Shane Battier did not shoot well in Game 1 of the NBA Finals against the San Antonio Spurs. He was 0-3, all from downtown, the one prescribed thing for him to do scoring-wise offensively. The thinking goes that if Battier isn't hitting threes, there's no way he can be out there, because the spacing allows the Spurs to cheat further and further in, attacking LeBron James.
That thinking is wrong. Battier must play more than six minutes on Sunday, he needs to play significantly more minutes, and Erik Spoelstra is going to have to look past whatever context he's using to keep Battier on a short leash and get him on the floor.
The key is not about any specific thing Battier does, it's his overall impact on the game. He's the player diving for loose balls. He's the player making deflections on passes. Battier is the one player on the Heat outside of LeBron James who combines the cerebral understanding of defensive principles with the muscle and effort to make an impact. Battier's presence on the floor gives Miami a cerebral edge and shifts the game towards a defensive style, as opposed to an offensive one.
The Heat don't want to get into an offensive sharpshooting contest with the Spurs. They need to muscle, bully and strategically target the Spurs' offense to create opportunities on the other end for themselves. Battier is their (second) best weapon to do that.
Mike Miller's effort is awesome. The effort he gives, when you look at the shell he is physically, is crazy, and his ability to come up big and hit huge shots was a big reason the Heat won the the title last season. But Miller should be a complementary component, not a primary one. Battier's ability to make an effort in so many places is something Ray Allen spoke to on Friday.
"Shane came in the game last night and altered shots, grabbed loose balls, he got second-chance opportunites and had a great impact on the game," the Heat sharpshooter said.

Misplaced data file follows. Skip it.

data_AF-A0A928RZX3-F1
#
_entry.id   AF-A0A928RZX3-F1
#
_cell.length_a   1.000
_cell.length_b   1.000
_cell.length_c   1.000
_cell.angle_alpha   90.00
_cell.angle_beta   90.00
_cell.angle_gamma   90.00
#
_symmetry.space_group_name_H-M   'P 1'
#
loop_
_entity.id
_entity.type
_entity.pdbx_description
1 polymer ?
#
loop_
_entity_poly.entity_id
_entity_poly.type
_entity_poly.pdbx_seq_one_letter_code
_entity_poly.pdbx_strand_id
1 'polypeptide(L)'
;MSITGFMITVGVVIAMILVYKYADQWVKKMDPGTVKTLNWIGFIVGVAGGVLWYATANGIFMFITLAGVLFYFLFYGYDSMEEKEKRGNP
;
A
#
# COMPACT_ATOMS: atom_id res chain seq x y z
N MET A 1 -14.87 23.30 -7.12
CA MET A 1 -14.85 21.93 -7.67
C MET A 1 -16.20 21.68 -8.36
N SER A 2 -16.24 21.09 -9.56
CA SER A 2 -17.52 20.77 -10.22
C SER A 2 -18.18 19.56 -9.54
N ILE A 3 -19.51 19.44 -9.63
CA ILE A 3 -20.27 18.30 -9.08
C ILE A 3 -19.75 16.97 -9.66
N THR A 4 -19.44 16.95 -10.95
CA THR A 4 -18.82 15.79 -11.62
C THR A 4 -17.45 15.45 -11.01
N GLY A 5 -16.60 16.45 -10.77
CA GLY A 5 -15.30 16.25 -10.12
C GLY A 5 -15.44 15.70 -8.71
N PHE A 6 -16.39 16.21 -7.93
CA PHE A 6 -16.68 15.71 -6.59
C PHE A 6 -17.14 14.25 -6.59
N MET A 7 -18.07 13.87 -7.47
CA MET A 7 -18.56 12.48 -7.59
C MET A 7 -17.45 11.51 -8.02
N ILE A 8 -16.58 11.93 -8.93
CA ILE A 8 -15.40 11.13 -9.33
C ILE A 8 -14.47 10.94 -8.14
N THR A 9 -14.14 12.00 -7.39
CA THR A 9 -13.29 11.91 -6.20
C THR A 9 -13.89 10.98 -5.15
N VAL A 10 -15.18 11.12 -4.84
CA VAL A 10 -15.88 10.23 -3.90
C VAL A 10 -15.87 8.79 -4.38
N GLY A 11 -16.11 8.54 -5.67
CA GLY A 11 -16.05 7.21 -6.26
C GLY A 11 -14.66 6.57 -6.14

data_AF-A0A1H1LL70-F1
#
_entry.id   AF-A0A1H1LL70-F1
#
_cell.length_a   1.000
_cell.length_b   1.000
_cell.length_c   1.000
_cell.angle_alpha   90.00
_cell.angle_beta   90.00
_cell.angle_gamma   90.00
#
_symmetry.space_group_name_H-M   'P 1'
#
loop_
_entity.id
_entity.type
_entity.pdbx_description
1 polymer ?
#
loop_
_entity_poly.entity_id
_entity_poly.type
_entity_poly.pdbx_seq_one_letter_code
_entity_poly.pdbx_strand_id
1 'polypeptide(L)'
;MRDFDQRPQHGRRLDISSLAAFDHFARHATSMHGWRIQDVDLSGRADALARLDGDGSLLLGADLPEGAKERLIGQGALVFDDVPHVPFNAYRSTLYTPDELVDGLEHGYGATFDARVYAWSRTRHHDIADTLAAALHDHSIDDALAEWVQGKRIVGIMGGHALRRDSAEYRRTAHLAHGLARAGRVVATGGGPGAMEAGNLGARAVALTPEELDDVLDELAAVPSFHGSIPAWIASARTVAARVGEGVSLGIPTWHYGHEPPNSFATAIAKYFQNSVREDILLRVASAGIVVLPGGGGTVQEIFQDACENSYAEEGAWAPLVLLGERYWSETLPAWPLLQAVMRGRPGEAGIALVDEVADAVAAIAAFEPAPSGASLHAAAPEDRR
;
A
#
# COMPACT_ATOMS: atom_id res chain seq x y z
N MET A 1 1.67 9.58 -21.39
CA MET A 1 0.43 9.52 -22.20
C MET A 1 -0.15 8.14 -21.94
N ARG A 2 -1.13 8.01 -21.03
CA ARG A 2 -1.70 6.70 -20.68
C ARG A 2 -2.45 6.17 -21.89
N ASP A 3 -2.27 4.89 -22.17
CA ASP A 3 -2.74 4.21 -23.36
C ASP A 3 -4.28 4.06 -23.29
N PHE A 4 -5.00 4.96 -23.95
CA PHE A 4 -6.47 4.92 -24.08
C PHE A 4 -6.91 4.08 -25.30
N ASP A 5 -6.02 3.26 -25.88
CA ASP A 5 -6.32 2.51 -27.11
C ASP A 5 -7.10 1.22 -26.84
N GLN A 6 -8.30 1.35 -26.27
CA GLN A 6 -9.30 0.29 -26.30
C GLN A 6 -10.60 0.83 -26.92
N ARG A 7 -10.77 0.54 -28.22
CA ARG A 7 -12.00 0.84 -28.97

Allen said that the difficulty sometimes in minutes allotment is how it counters what the opponent is doing.
"You have to watch the game. Sometimes offensively you have to watch the rotation of their guys. At this point we know our guys and what they're doing. It's just important that you inject those guys in those positions. Foul trouble is a factor But it's hard to say who should play at any particular moment."
But Battier is not a player who should be playing at specific moments, he should be getting more run overall. He can switch in pick and roll situations to combat the Spurs' perimeter weapons. He can help down and recover. He can help with rebounds and control key possessions.
The Heat need smart players in this series, they're facing one of the smartest teams ever assembled from a basketball standpoint. Battier spoke to that point Friday.
"Both teams pride themselves on being very advanced schmetaically," Battier said, "and it's going to come down to possessions. If you're a thinking man or woman, this is your series. "
Battier's ready to go but wasn't going near the idea of demanding playing time.
"I can't control what the rotation is, I can control what I can control. When I'm thrown in the fire, make some noise, That's all I can do."
What Erik Spoelstra can do is not relegate Battier to a specialist and instead lean on one of the healthier wing reserves he has to make an impact in Game 2. The Heat preach process all the time, so why then should Spoelstra get worked up over the results of a few shots, particularly when two were rattle-in-and-out shots for Battier?
The Heat need all hands on deck to avoid going down 0-2 and effectively ending the series going back to San Antonio for three games. But they need a bigger hand from Battier than what we saw in Game 1.